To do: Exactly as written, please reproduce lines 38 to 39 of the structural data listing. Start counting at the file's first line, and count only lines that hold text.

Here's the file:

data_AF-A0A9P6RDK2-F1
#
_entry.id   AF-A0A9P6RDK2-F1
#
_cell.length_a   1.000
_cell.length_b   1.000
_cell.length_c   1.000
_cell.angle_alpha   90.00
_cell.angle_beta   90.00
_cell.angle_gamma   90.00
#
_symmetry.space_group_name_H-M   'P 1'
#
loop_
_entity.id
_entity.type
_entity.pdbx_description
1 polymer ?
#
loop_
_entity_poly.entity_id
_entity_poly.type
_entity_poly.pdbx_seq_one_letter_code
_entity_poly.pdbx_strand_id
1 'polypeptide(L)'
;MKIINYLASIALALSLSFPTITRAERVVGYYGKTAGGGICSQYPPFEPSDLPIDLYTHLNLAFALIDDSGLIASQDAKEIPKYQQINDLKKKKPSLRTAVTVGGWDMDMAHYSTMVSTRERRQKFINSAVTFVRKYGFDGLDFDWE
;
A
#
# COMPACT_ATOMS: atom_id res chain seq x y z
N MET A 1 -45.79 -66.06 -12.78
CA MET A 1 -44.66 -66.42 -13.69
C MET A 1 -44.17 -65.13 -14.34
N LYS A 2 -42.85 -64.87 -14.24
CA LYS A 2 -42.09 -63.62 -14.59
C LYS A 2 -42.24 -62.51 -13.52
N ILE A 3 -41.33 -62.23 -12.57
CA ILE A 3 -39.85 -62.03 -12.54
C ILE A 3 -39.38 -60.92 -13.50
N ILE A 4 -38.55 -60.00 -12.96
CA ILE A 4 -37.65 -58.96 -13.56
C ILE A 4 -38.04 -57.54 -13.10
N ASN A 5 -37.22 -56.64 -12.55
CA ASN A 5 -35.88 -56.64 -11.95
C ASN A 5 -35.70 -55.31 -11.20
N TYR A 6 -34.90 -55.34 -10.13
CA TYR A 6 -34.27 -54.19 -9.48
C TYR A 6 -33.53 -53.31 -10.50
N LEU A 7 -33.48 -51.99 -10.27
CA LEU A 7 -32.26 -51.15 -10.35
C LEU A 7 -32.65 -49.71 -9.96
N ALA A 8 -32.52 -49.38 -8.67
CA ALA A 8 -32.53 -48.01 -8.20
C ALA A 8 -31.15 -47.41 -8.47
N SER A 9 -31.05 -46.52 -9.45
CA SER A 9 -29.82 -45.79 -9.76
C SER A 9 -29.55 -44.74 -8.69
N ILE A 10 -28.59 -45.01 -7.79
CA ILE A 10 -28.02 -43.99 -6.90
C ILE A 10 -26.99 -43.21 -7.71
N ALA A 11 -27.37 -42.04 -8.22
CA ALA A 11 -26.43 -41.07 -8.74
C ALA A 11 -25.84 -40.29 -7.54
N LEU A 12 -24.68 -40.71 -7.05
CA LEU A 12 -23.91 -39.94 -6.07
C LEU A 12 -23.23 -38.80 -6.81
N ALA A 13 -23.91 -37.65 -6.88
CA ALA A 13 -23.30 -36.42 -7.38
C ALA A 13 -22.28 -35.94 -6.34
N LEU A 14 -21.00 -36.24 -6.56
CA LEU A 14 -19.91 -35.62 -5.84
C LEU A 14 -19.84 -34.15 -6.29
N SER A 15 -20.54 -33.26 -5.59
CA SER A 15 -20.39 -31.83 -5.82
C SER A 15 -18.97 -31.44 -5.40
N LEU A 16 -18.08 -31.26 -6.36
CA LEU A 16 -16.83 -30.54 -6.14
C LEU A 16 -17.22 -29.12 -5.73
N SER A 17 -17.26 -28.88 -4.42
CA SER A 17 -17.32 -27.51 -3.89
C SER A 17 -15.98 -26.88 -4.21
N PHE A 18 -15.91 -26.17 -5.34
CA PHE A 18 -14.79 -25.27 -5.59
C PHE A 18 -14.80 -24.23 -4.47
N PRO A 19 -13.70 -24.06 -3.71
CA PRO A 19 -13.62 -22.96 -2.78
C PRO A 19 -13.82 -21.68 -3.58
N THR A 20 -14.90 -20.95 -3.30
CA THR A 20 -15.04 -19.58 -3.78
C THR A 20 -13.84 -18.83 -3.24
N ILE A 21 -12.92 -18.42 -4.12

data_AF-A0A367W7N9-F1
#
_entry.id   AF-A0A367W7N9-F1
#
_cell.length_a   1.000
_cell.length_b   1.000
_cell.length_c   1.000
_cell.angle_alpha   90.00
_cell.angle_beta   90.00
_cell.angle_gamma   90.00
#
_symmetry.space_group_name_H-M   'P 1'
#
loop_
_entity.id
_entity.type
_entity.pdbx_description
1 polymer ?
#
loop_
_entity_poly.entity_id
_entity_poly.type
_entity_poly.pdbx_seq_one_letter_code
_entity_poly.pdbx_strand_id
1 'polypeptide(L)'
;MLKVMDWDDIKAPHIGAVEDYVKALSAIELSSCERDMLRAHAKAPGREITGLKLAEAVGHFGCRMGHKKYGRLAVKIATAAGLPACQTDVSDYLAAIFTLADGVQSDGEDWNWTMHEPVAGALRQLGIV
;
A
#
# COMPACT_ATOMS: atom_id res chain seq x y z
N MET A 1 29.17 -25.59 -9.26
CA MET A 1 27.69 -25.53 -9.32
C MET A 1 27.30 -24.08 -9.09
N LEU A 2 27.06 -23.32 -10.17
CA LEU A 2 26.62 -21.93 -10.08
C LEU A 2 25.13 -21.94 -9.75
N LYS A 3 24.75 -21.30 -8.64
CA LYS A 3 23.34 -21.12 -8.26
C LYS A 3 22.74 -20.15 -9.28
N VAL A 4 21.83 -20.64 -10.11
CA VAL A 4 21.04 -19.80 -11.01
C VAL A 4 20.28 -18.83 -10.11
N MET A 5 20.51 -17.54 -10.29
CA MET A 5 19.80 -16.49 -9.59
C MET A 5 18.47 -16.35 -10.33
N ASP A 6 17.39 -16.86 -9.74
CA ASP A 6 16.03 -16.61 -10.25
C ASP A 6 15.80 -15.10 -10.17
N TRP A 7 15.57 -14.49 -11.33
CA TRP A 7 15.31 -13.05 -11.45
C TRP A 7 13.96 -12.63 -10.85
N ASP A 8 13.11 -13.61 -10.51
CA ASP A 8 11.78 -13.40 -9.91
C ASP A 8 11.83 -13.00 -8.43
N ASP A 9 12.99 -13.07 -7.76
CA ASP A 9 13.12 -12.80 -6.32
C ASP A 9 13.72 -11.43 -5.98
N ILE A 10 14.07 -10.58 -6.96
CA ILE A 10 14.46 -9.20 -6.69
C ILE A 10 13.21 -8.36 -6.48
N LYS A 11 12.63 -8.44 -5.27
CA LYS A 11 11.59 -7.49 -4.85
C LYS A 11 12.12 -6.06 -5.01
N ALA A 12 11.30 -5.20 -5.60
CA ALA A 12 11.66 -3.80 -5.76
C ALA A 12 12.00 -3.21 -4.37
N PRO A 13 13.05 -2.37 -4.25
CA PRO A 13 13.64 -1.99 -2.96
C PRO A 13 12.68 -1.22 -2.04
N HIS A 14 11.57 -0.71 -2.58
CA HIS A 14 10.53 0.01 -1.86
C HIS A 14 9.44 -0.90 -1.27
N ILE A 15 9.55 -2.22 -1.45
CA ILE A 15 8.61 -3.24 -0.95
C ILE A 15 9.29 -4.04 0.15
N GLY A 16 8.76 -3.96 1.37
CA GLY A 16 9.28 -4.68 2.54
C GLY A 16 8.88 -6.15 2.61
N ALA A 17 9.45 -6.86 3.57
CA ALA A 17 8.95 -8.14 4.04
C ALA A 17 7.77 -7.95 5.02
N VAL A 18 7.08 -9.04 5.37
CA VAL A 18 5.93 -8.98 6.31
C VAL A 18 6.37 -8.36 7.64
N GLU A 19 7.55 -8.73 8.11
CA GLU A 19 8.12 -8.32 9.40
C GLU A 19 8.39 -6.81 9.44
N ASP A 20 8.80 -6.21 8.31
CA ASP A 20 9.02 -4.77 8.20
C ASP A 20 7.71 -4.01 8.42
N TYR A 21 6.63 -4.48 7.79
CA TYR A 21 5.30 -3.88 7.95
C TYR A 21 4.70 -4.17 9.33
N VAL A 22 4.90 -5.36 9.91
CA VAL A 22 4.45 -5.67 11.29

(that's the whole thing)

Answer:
CA ILE A 3 -39.85 -62.03 -12.54
C ILE A 3 -39.38 -60.92 -13.50